Strategies and Structures for the Graduate School Statement of Intent

by Anton Vander Zee

The graduate school Statement of Intent is an established genre with a predictable series of “moves” and “steps.” This genre, however, too often remains opaque to those applying.  To add some clarity to this process, the template that follows, developed in light of recent research in the field of English for Academic Purposes (EAP), provides guidance for how to craft a successful Statement of Intent.

Set the Stage: In the first paragraph, introduce your reader to the problem, issue, or question that compels your pursuit of an advanced degree. Perhaps you are fascinated by representations of gender in Victorian novels, or by the threat of micro-plastics in marine environments. Here, frame your interests in the context of the broader scholarly conversation that you hope to join in your coursework and research. Conclude the first paragraph with a concise statement about how your background (majors in X and Y, internships in A and B, research in C and D) prepares you for the specific opportunity at hand (a degree program in X field at Y university).

Your Qualifications: The next section (1-2 paragraphs) should address your academic and professional qualifications. This might include key academic coursework, research experiences, experiences studying abroad, publications or presentations in press or pending, leadership roles, and community engagement activities as relevant. Concisely introduce each relevant element here with an eye towards the skills and qualifications it provided. You might also reflect on how this experience contributed to your scholarly or professional growth and development. Organize this section strategically: a paragraph on academics and research, for example, and another on relevant outreach or internships.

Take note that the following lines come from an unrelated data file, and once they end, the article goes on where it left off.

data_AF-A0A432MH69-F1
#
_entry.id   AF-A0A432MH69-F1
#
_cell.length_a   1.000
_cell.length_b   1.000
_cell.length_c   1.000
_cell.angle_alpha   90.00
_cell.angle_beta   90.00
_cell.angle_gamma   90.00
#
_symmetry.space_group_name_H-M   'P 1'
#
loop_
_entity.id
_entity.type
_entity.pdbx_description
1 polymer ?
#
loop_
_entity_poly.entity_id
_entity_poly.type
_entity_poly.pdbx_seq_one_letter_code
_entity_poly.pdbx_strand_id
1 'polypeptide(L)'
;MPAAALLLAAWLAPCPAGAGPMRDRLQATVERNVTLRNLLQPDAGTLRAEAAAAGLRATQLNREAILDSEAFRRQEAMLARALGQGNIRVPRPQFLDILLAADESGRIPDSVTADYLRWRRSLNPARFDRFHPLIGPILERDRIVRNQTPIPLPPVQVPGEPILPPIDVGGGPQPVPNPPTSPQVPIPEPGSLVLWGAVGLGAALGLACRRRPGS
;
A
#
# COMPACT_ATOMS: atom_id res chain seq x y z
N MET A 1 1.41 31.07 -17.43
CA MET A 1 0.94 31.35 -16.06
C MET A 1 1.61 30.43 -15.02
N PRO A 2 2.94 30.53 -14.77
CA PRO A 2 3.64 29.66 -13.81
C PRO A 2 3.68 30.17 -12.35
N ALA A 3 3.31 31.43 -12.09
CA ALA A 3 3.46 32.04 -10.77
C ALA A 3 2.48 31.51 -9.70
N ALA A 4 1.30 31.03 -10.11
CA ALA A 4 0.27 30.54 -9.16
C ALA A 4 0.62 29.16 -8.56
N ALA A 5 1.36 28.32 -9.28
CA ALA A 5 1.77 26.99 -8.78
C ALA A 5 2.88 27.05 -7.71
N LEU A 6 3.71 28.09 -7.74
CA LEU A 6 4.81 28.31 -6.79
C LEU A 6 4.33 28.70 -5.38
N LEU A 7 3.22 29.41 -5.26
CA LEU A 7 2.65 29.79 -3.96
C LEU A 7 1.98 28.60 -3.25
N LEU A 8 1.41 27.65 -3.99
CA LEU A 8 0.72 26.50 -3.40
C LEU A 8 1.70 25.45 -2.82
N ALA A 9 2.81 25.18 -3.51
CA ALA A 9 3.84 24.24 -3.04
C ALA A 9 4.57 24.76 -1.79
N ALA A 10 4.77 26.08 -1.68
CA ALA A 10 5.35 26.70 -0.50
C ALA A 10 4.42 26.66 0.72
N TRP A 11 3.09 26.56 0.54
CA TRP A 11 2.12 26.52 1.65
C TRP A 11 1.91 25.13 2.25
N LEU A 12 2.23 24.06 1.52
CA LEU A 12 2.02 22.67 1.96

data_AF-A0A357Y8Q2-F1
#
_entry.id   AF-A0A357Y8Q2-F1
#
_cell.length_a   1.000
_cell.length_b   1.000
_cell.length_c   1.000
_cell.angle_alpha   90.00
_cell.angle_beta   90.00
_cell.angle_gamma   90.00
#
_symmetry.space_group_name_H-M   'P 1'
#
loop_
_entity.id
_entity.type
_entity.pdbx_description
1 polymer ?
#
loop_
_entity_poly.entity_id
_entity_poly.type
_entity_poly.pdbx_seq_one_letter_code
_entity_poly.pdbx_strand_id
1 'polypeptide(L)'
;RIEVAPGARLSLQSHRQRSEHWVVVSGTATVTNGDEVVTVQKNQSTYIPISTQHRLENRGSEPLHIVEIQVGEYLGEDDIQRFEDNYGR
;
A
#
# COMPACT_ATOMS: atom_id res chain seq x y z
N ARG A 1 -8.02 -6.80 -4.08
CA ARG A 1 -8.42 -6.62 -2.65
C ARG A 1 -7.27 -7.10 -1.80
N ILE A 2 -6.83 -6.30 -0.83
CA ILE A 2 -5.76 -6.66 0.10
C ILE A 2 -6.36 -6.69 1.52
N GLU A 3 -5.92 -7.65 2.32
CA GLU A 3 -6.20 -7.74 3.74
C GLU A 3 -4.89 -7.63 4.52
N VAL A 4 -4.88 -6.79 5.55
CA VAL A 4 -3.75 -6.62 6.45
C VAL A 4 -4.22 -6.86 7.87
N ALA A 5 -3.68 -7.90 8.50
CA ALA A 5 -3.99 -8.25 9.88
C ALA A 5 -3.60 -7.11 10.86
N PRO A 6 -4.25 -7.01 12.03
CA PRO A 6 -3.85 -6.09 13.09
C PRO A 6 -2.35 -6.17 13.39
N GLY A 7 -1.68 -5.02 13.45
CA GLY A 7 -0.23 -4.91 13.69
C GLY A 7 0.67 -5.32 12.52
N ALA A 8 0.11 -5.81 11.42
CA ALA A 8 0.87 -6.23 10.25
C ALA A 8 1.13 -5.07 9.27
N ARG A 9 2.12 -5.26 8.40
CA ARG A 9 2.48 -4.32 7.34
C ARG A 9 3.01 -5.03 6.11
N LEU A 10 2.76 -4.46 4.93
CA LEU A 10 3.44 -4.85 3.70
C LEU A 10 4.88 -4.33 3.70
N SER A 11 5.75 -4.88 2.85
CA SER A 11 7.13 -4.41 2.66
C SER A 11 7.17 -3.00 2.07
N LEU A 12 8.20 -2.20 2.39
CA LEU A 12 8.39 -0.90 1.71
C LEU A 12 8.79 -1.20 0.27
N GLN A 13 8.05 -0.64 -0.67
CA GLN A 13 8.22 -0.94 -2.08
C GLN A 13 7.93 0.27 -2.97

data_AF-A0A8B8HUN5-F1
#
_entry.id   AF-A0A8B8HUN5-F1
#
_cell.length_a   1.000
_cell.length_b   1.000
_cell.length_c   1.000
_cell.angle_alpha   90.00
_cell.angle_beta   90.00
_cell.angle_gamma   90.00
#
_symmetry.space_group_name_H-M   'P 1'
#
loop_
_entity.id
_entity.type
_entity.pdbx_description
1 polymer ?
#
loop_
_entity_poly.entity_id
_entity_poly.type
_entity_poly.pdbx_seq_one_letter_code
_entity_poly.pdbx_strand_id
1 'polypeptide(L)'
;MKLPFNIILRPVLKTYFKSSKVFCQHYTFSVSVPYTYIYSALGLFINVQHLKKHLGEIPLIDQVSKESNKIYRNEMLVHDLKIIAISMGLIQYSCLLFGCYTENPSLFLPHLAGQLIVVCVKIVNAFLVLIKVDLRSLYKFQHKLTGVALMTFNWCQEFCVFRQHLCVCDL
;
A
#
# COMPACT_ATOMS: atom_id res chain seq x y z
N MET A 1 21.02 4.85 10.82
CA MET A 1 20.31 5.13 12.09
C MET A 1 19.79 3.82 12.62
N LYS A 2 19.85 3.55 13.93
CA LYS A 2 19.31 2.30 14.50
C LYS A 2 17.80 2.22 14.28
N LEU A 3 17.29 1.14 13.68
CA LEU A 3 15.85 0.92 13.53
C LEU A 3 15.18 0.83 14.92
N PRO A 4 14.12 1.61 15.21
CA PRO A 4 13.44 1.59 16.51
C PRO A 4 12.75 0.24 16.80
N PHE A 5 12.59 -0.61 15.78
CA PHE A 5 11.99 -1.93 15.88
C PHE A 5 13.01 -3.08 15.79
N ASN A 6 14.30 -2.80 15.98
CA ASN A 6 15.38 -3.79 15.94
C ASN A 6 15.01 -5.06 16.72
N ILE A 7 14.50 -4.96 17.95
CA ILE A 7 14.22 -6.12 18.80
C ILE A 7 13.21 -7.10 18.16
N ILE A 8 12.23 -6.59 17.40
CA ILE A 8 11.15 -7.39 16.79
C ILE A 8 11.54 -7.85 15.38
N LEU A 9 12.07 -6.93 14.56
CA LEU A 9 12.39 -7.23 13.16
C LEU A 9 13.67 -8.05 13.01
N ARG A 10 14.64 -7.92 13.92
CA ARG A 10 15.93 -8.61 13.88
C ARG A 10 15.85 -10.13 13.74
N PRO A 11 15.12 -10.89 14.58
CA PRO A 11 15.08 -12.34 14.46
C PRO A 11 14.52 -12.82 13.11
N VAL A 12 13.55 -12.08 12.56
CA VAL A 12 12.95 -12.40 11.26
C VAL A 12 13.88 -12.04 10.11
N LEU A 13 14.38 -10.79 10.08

Your Graduate Plan: The next section (1-2 paragraphs) should demonstrate your familiarity with the school, program, course structure, research opportunities, and possible mentors. The transition here is quite predictable: given your [summary of background] X program at Y school is [some statement regarding fit]. Begin most broadly with what draws you to the school. Then, note any aspects of the program that attract you to it—unique opportunities that attract you, for example, or specific coursework that you find most compelling. Finally, note a few faculty with whom you might want to work. If you are applying for a program that includes a significant research project (thesis or dissertation), it makes sense to spend some time—even an entire paragraph—discussing your research interests, though these are of course bound to change.

Other Stuff: The next section (1 paragraph) is necessarily flexible. The statement of intent is not a “personal essay,” but in many cases offering a brief glimpse into relevant aspects of your background can enhance the application. What else draws you to the program or school that you haven’t mentioned yet? And what else makes you uniquely qualified? You might note opportunities for community engagement and club participation, or address more personal details or concerns. Are you a first-generation college student who has worked your way through college? Are you a member of a historically under-represented group? Do you currently live and work in the area? Did a health issue caused a precipitous drop in grades sophomore year that you would like to explain? Do you have a commitment to your field that is more personal? This is your chance to bring that material in.

Conclusion: This document is, at its core, a statement of intent: what you plan to do and why, in both the short- and long-term. In your conclusion, articulate, once more, your interest in the program and make a meaningful gesture toward future, post-graduate plans. The goal is to pitch this graduate study opportunity as forming a crucial bridge between your past and future. Be as specific as possible, noting whatyou hope to do and why. And don’t worry if you’re not sure what the future holds—none of us are. The goal here is simply to conceive of a possible future, not to commit to one. Your plans will naturally change as you continue to grow academically and personally.

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